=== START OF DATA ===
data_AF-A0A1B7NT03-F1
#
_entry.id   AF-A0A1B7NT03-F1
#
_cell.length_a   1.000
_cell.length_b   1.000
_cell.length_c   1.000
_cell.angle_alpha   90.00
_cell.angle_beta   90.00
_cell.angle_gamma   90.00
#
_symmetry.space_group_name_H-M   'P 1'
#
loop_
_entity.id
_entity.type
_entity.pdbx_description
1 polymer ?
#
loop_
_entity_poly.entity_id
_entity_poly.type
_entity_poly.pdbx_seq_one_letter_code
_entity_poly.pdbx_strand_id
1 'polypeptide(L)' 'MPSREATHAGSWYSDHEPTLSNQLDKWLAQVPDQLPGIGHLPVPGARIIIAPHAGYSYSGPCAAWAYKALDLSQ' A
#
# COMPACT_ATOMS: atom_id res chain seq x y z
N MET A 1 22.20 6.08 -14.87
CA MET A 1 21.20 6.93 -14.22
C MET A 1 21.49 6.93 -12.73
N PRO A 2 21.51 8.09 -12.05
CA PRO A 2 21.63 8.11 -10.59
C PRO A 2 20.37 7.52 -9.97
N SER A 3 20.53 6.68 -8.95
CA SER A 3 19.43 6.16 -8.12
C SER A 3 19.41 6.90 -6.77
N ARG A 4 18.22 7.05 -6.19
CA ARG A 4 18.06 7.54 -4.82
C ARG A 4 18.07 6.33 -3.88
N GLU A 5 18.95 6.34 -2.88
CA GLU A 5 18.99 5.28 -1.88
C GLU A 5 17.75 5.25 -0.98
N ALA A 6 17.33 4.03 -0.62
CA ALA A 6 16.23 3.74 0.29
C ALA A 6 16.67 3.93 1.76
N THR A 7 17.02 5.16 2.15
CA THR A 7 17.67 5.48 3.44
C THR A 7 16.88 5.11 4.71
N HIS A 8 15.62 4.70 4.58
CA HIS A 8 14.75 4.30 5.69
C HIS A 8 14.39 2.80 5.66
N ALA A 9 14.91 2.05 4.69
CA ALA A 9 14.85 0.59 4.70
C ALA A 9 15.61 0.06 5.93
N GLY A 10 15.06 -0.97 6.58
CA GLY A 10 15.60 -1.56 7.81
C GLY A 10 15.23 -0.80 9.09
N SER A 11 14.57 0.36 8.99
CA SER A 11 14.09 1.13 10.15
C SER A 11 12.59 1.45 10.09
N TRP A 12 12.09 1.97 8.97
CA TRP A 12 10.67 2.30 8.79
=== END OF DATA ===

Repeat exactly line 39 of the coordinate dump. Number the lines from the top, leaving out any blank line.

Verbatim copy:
C ARG A 4 18.07 6.33 -3.88